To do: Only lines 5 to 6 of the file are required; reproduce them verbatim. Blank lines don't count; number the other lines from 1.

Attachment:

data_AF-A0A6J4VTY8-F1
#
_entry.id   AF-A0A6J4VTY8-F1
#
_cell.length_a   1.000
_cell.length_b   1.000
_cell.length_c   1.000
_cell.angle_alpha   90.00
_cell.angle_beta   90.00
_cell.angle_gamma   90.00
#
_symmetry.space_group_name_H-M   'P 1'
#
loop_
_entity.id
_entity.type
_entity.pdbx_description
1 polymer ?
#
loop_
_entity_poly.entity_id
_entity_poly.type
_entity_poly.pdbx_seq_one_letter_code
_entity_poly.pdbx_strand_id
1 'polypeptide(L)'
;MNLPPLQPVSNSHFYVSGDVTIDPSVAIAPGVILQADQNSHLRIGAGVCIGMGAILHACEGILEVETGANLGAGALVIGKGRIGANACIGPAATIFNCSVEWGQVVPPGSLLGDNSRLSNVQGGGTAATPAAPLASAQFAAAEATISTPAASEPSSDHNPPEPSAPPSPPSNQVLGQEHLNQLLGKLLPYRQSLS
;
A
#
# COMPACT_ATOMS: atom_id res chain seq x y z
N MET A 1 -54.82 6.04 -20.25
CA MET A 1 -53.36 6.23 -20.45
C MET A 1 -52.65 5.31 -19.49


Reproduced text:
_cell.length_a   1.000
_cell.length_b   1.000